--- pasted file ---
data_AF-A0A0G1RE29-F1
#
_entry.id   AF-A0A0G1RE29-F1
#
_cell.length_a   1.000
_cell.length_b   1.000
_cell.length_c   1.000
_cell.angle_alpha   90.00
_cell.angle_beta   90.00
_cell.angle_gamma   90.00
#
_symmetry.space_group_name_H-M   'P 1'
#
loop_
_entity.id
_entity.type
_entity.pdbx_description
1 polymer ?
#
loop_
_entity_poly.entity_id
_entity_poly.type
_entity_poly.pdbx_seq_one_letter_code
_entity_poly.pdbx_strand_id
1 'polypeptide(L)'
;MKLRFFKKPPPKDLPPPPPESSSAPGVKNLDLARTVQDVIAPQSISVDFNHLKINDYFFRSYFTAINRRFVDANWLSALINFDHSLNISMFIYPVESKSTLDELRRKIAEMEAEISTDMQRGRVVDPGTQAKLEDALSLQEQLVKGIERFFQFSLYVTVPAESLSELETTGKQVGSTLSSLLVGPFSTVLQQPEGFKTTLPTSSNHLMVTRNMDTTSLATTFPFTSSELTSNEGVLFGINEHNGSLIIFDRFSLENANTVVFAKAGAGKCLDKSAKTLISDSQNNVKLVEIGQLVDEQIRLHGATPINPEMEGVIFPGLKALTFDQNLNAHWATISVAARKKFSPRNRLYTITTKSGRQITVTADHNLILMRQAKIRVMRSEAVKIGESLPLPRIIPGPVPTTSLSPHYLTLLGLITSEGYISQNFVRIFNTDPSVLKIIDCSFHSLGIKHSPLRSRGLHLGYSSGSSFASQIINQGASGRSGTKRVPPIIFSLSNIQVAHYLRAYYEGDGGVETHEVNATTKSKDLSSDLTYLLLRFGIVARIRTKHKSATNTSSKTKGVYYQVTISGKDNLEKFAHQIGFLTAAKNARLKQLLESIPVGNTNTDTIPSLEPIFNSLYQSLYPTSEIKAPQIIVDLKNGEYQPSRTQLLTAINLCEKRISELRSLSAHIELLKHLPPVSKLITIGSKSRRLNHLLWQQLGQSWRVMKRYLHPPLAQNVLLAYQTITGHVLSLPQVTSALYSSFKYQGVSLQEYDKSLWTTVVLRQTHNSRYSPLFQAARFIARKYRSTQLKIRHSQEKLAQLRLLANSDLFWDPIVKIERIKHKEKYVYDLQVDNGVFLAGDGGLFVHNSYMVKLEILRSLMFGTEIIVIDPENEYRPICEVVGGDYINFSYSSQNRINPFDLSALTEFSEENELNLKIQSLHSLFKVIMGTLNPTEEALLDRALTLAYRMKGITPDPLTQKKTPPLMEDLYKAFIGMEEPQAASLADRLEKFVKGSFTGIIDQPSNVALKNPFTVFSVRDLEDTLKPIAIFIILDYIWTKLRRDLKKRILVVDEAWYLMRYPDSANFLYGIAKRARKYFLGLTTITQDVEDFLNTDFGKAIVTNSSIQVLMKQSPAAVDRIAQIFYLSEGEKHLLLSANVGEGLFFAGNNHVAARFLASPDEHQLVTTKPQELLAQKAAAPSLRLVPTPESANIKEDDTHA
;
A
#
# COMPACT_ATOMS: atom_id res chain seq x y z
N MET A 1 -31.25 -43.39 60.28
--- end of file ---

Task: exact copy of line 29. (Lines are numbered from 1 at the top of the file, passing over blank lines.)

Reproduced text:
#